The North American Raccoon (Procyon Lotor) is probably one of the most widely recognizable animals with a range that includes much of North America and down as far as Central America. As a result of deliberate introductions, the raccoon is now also found across mainland Europe, Caucasia and Japan. Once inhabitating primarily mixed deciduous forest, these masked bandits have invaded all manner of habitats including mountainous areas, coastal marshes and urban areas where many homeowners consider them pests. They are very intelligent and, with highly dexterous front paws, can open most any food containers, especially dog and cat food stashes. After a gestation period of 65 or so days, two to five young, called “Kits”, are born in spring. The mother raises the Kits, teaching them to hunt their usual food (various invertebrates, vertebrates such as frogs, mice, etc, and some plant fruits). These guys are mostly live in and around trees and are nocturnal but can be seen in urban areas during the daytime, especially when food is to be had. By fall the Kits disperse and are on their own. In the wild they can expect to live only 2-4 years.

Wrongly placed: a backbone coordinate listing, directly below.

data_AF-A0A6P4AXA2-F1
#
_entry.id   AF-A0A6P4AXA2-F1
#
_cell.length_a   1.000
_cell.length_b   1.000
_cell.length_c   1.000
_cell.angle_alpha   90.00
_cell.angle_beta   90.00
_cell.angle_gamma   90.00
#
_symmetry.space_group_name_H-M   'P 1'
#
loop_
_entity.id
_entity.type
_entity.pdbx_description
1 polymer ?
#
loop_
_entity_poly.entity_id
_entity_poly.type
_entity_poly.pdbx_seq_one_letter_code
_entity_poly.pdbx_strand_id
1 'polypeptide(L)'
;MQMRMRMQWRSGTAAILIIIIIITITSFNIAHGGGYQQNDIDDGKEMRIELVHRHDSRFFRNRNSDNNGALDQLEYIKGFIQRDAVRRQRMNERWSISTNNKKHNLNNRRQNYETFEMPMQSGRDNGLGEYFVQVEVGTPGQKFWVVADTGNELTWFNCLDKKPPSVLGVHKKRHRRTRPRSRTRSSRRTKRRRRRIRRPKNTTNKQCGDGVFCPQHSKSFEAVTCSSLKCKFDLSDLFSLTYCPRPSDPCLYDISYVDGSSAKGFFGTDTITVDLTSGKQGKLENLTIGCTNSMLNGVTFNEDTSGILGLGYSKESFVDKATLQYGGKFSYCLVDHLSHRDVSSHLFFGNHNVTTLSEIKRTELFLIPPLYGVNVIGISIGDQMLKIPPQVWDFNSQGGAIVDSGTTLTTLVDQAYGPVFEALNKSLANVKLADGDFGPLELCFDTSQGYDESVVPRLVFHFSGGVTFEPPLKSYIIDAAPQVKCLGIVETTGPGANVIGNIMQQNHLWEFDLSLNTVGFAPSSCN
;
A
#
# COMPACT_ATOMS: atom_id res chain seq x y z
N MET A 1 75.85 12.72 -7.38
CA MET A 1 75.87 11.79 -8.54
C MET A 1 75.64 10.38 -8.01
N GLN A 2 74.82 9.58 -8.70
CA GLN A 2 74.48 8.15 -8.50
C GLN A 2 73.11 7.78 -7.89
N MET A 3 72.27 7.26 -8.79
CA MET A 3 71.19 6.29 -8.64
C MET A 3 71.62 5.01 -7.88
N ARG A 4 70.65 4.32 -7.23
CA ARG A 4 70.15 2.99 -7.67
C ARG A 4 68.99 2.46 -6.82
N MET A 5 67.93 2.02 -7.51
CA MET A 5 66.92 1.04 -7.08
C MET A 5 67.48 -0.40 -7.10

The two Kits in the picture live in north central Alabama, Blount County to be exact, on our beautiful farm. I had been watching the family all summer in our woods along the creek when I noticed the mother missing. She had been hit by a car crossing the highway at night. Fortunately, the two Kits survived and late one day in August showed up on our deck with hungry looks in their eyes. They now show up about 6:30 PM every day for their handout, little balls of fur skittering about your feet and chattering while I dish out their food. Not to worry. They will mature and stop coming around later this fall. Their survival instincts coupled with what their mother taught them will allow them to survive in the “wild” quite well. For now though, we enjoy seeing them. Have a wonderful October and by all means do visit to nearest woodland and soak up a little of what nature has to offer.
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